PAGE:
Qeexo‘s first product, FingerSense, has been one of Huawei’s top features since 2015. Their technology has sold more than 400 million units to date. Amidst this success, Sang Lee, an FTMBA 11 alumnus, continues to pivot and find new solutions in machine learning.
The team is currently working on a Tiny ML solution. An area of the AI machine learning industry that focuses on creating machine learning solutions that fit into a tiny microcontroller or hardware with reasonably low computing power. These are all being done in three different locations: Pittsburgh, Beijing, and Shanghai.
What led to his success? What enabled Lee to take the brave step of starting his technology company? In case you missed the podcast episode, we’re sharing some key takeaways and leadership lessons we picked up from our guest.
Lee understood that experience is the best teacher. The moment he finished his undergraduate degree, he knew he wanted to pursue something else. He took a job at Samsung right after graduation, while his classmates pursued graduate studies.
He eventually discovered product planning, where he was able to take on a role that required business acumen as well as engineering experience. He realized at this time that gaining experience is as important as learning from them.
“I think building confidence through experience is crucial. Once you’re experienced, you know that some things are not really that big of a deal. And it’s not that difficult to work with an engineer, even if you don’t have an engineering background. It’s overcoming that fear, and I think that requires experience.”
Learning and Development are Never Over
As a product planner, he recognized that one of his most important responsibilities was to understand the market’s needs. It became evident to him that those with MBAs and business degrees have a different perspective than those with solid engineering backgrounds. It was because of this experience that he pursued an MBA.
“Then you get to question all the decisions that you make. Are those people making those decisions because they got that education from school? Or, have they learned something different from school that I never learned. You always have this question about your own decision. And, you know, I hated that.”
The desire to study never left him, even after he joined SK Telecom. Over the course of one and a half years, he planned his move to the United States to study business. Leaving a stable job at a prestigious company was a considerable risk, but Lee took it, knowing he needed the training to succeed.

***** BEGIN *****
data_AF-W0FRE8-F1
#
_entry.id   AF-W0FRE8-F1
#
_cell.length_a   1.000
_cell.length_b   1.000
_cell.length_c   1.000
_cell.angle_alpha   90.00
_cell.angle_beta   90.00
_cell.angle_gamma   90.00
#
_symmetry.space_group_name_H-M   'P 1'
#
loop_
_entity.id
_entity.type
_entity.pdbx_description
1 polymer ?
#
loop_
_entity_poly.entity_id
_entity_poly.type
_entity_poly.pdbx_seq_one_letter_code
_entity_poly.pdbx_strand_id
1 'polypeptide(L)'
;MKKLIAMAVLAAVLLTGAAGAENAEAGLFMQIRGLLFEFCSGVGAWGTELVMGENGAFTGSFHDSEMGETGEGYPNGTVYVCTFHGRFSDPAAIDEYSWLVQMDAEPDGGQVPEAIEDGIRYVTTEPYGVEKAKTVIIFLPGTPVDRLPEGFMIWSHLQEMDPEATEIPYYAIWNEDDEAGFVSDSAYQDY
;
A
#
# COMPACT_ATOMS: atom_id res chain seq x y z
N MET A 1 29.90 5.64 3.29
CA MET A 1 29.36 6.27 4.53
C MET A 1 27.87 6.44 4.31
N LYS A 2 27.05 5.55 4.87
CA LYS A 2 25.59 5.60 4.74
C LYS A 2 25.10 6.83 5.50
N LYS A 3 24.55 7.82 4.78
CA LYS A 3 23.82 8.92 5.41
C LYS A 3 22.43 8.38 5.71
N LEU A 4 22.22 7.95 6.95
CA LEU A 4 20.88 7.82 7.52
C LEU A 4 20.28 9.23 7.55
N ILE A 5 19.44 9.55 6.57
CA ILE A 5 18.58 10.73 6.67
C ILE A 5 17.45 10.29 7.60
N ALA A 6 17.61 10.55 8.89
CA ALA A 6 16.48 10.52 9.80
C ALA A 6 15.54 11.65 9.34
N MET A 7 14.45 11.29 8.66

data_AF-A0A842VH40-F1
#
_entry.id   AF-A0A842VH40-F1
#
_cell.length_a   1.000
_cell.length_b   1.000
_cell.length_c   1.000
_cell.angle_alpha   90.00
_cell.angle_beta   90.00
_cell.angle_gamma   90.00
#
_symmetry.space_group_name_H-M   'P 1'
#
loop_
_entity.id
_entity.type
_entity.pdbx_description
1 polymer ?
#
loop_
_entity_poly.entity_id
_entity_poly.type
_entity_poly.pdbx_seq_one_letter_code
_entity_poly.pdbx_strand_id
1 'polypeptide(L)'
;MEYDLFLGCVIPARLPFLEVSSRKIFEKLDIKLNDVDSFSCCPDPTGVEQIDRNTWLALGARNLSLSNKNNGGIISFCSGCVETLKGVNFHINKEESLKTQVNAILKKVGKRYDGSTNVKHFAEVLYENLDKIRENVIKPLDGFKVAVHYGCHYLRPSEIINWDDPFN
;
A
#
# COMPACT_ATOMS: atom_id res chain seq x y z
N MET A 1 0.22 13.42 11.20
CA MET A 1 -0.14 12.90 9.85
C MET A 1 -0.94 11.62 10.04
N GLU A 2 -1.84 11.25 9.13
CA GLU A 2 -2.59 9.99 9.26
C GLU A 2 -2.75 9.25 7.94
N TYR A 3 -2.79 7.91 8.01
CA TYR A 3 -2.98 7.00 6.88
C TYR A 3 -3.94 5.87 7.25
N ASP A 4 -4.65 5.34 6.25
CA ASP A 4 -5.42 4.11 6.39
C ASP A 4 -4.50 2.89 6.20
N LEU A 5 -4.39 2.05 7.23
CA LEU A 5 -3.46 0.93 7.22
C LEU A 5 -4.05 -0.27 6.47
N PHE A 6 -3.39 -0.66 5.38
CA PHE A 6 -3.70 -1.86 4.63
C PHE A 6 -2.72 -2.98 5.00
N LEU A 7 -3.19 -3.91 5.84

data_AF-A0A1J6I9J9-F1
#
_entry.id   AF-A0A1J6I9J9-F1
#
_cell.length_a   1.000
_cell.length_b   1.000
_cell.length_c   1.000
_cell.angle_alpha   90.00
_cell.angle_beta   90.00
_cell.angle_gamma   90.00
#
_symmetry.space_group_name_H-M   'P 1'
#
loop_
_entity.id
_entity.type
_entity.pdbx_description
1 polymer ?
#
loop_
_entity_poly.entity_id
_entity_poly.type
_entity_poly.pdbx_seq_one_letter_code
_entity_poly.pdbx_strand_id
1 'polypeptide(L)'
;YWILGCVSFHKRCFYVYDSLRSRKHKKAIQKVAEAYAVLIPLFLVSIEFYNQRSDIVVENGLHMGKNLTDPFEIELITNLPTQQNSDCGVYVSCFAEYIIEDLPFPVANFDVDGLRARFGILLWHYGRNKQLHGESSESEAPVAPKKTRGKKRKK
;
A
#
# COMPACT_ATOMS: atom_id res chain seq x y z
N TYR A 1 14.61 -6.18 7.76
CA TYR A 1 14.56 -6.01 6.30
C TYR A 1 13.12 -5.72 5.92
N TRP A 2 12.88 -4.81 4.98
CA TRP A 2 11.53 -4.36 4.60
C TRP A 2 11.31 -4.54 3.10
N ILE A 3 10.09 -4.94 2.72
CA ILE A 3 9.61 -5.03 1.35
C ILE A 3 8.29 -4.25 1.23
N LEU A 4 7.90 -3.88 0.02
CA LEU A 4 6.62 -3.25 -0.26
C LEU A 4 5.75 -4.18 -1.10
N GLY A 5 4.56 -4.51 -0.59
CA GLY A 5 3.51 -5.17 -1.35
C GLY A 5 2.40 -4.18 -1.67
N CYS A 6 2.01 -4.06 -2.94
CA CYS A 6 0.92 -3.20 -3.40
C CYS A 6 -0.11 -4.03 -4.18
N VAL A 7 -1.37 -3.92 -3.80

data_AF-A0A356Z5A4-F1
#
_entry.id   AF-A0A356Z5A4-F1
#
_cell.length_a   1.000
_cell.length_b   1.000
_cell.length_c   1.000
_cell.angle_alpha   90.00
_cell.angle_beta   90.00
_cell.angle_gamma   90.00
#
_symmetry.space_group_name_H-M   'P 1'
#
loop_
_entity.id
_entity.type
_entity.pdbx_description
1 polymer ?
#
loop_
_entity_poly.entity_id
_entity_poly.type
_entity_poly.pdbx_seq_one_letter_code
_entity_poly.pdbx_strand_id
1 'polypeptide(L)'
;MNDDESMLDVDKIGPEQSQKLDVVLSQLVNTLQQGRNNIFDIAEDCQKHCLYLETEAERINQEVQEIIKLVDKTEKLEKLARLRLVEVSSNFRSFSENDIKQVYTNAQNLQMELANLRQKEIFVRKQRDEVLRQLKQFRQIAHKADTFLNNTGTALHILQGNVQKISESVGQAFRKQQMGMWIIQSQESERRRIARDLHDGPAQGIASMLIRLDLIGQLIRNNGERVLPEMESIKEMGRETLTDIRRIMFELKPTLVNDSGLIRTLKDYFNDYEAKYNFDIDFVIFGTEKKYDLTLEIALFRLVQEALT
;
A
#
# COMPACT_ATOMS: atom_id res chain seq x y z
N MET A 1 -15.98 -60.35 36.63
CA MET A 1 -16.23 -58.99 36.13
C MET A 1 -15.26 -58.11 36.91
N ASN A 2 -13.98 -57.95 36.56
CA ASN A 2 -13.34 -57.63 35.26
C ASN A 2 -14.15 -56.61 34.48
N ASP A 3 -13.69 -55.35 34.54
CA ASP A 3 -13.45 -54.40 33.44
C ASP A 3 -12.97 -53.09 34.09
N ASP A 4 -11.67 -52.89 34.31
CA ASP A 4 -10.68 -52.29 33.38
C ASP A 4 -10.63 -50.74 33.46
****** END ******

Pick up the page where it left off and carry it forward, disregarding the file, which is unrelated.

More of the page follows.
Success Requires Humility
When Lee graduated with his MBA, he knew he wanted to build a company. But he wasn’t ignoring the fact that the things he learned from Haas would be more useful if he gained more experience. He knew he did not have the right set-up, the right capabilities, or the right business idea. So, he decided to join HTC.
He met his co-founder, Chris Harrison while scouting and sourcing new technologies for a project. After Chris and Lee started commercializing their product in 2015, Huawei teamed up with them to distribute it.
At this point, Lee learned the importance of scaling and automation. Huawei told his team they needed to create 60 more models after completing their first model, which took them almost two months to build. As one of his teammates pointed out, if they keep returning to China every two months, they’ll never be able to scale. During the process of finding a way to make the work more efficient, his team suggested they develop an automated platform to collect data.
The attitude Lee exhibited towards his team’s suggestion allowed them to pivot into new and unexplored areas of machine learning.
“For context, we’re a small start-up, and we were just living in China for months at a time. Then coming back, just to kind of relax and recharge, right? So, we worked on building an automated platform. Since that day, we’ve been supporting Huawei along the way and building an automated platform. We were able to launch 60 models without having anybody travel to China because everything is already automated.”
Finding Star Players and Letting Them Shine on Their Own
Lee attributes his success to the team he built. As a start-up founder, he used to do things himself but eventually learned delegation was necessary so that he could focus on the big picture.
“You know, when I was starting the company, I thought my role was going to be product management and sales, and maybe strategy. But when we started, we already knew what product that we wanted to launch. So, there was no strategy work that I needed to do. I just needed to make sure that our engineers are building the things that we can launch. But as time went by, as we grew, I started to learn about a CEO’s role. To make this business successful, I learned that I’m not a star talent in all the roles.”
A final piece of advice? Prioritize Your Well-being
Lee advises CEOs to take care of their well-being. It may be your responsibility to look toward your company’s future, but eventually, the stress of running a business will get to you. Communities and support systems are essential, he said. Lee emphasizes the need to seek help when necessary. A trip to the spa occasionally wouldn’t hurt either!
Listen to the full episode at Sang Lee, FTMBA 11 – Driving Progress Through Machine Learning Solutions, or check out other alumni stories at OneHaas Alumni Podcast.